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Review: Samyang 75mm AF f/ 1.8 for Sony E-mount

Last week I was able to test the new Samyang AF 75mm f/1.8. This lens is part of Samyang's Tiny series. These lenses are, as the name says, really small, light, and have a lot to offer. Because this lens is so light and small, it is much more attractive for me to put in on my Sony A7III as a compact kit. Which makes it a lot easier to take my camera on a normal day.

An affordable, lightweight lens that offers great quality and is easy to carry around.


This lens costs around 419,- euro at the time of reviewing. Which makes this lens even more attractive to me. The dimensions are (ø x L): 65 x 69mm and the filter size is 58mm. I don't have a lot of experience with prime lenses in this focal length but would compare this lens to the sony 85mm f/1.8 or the Samyang 85mm f/1.4 which are both a lot bigger and heavier. The extra 10mm range you would get on the competitors isn't a big deal to me, I would just crop in a bit in post and lose a bit of resolution. I never plan on using all 24mp for a big print anyway. As for the aperture, it's nice to have a bit of extra light but again, to me, it is fine to shoot with 1.8. Of course, if you want the most professional and money is not an issue, I would choose the Sony 85mm f/1.4 I haven't tested the Sony so I can't say anything about the image quality.

First Impression

When I first got my hands on this lens I honestly didn't think it could deliver such great quality photos. But after putting this lens on a Sony A7III and shooting some portraits really surprised how good this lens is.

Prime lens

With this lens, you have to be a fan of prime lenses. I only use a wide-angle prime lens for landscapes. I do notice that I am often inclined to see what the image would look like with different focal lengths, just because I love experimenting. A complete set of this series would be perfect. For example a 24mm, 35mm, and a 75mm. Because all these lenses are so light and small, I see no problem putting a few lenses in my bag.


The autofocus is fast and accurate. It is not the fastest I've seen but it's fast enough for the shoots I tested it on, it is comparable to the autofocus on the Tamron 28-75mm f/2.8.

Sharpness & Bokeh

This lens is really sharp, way sharper than I expected it to be. At f/1.8 it is sharp in the center but a bit less sharp in the corners. There is a little bit of color deviation in the corners. At f/2.8 the photo is razor-sharp and the color deviation is mostly gone. Most of the time these corners are background anyway so I don't mind using f/1.8.

Exposure: f/2.0 | ISO 100 | 1/160s

Scroll down to see some more examples

It is very nice to be able to play with depth of field. Either for isolating details, creating some nice out of focus backgrounds, and put some emphasis on the model. With an aperture of f/1.8 and a focal length of 75mm this just works really well. The bokeh is soft and pleasant to look at.

Custom mode switch

The Samyang has a switch with two modes on it. Mode one will make the ring a focus ring in manual focus. Mode two will let you control the aperture with the ring. More functions could be added in a future firmware update. For me, this addition is not necessary and I tend to accidentally twist the ring and changing my aperture.

In the field

I have used this lens on location on several occasions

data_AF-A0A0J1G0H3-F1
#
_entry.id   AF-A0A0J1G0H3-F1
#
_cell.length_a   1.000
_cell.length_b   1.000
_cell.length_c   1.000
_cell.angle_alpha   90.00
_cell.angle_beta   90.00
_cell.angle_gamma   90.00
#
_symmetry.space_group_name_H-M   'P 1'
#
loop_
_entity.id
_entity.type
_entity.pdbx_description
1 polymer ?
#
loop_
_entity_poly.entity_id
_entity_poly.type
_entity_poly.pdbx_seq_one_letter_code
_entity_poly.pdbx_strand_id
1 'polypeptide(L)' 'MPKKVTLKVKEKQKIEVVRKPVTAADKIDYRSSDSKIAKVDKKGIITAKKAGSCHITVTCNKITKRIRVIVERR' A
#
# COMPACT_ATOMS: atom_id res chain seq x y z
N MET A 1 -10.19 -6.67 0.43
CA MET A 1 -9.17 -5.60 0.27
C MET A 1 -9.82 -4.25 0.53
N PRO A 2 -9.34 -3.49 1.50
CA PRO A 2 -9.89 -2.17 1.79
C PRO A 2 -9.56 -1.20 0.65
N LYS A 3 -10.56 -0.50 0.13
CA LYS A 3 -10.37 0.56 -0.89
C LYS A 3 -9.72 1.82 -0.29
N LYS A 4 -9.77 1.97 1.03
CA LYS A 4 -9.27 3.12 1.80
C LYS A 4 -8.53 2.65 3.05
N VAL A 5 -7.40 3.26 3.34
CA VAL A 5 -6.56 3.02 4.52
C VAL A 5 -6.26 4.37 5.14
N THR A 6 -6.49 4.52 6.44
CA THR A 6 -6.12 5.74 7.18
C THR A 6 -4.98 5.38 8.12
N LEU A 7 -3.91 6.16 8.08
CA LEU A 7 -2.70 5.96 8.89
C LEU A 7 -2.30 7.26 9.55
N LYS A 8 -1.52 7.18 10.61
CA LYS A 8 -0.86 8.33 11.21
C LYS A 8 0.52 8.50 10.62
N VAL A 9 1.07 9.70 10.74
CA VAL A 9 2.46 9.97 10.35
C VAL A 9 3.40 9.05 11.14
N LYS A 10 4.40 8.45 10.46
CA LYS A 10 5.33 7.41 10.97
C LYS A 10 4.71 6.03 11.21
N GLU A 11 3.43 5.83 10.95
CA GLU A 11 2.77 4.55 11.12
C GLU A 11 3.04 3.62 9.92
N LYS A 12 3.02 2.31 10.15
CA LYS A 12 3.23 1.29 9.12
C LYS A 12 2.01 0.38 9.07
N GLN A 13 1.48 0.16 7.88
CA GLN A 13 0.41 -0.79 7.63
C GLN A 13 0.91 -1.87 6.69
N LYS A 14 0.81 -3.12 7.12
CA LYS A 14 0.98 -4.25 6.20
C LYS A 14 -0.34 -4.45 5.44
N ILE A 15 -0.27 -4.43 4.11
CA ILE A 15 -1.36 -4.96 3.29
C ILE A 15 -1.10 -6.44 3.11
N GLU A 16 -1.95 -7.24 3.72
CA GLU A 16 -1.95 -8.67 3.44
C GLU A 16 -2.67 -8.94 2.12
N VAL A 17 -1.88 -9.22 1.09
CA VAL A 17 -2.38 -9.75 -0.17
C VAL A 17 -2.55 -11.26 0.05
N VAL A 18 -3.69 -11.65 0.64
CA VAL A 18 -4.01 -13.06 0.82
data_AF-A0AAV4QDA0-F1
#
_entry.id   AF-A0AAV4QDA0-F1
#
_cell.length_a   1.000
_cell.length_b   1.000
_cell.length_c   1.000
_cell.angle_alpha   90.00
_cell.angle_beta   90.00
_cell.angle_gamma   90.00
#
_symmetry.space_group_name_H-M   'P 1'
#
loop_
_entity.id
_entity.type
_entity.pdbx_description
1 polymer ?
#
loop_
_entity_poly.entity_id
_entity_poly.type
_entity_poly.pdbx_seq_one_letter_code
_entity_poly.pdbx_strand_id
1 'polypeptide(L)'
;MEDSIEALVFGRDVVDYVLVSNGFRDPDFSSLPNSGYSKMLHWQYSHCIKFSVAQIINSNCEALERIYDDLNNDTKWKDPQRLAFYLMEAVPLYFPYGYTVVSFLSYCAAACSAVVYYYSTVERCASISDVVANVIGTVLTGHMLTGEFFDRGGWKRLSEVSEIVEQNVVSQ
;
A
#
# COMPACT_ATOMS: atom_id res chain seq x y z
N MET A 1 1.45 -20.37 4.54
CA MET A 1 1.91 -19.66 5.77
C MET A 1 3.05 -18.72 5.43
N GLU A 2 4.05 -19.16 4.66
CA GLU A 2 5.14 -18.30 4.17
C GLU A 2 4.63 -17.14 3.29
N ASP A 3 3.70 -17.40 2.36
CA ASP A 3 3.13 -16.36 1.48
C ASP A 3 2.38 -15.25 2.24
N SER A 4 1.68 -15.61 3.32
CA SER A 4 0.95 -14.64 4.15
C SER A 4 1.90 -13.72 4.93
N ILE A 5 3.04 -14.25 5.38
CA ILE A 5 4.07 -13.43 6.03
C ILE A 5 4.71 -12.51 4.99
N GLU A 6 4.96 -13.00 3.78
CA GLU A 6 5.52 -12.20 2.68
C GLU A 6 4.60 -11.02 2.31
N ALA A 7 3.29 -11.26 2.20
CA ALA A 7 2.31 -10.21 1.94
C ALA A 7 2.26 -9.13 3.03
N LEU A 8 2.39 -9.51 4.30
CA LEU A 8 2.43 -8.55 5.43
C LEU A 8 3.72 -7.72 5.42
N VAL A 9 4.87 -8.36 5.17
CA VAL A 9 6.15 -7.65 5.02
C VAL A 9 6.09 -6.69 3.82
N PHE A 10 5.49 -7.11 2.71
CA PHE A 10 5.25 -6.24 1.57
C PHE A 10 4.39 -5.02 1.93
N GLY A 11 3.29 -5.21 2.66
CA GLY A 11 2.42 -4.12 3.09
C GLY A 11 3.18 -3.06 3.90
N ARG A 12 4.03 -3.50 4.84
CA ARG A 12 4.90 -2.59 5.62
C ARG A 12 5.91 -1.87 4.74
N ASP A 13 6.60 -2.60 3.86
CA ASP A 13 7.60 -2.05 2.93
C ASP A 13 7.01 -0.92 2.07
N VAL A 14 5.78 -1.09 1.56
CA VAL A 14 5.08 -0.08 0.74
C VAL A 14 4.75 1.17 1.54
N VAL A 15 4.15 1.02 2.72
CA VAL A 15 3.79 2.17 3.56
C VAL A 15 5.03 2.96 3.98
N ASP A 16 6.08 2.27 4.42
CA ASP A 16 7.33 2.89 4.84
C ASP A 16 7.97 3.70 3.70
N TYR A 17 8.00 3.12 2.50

• Fashion and portrait

  • Details

  • Landscape

  • City

Fashion and Portrait

This is what this lens is made for, and you notice that immediately. Portraits just look amazing instantly with this lens. I was shooting with this Sony / Samyang combo for a while and after that used my friend's Nikon APSC with an 18-55mm f/4 lens. I just wanted to switch back to the 75mm right immediately. It just makes photographing a lot more fun.

ISO 1250 | F/2.2 | 1/125s

Exposure: f/2.0 | ISO 100 | 1/125s

As you can see here, the fore- and background are completely out of focus and really soft, while the model is super sharp.


Besides portraits, it is super fun to capture details with this lens. a focal length of 75mm is great for this. It would be nice if the minimum focus distance had been a bit shorter, but for most subjects, 69 centimeter is enough. The choice of many aperture values ​​also gives a lot of freedom. This way you can have everything in focus in a photo, or choose to have a small part in focus.


Even though I would normally not use a 75mm prime lens to photograph landscapes and forest scenes, it surprised me what I was able to capture with the lens. Here, the fast aperture came in really handy because of low light and a little bit of wind. So to freeze the leaves I needed a fast shutter speed. For some scenes, I needed to crop in a bit to get the composition I wanted (as zooming with feet is not the same as cropping). But ending with a 12MP picture still made me really happy.


Photographing cityscapes with this lens is not my favorite. I'd rather have an extreme wide-angle for this. This way I can show way more of the city. For street photography and some night scenes, this could actually be a really good lens though.


This lens is made for portraits and that is what it is best at. Shooting detail is also really fun to do with this lens. This 75mm is really unique as you would normally see either a 50mm or 85mm for portraits. Combining that with the quality and price, this is a really good option for a portrait prime lens. It's tiny, so easy to bring on a shoot or use it as a small kit with the Sony A7III or even an A6600. If you are a fan of prime lenses and want an affordable lens that offers a lot of quality, definitely consider the Samyang AF 75mm f/1.8.


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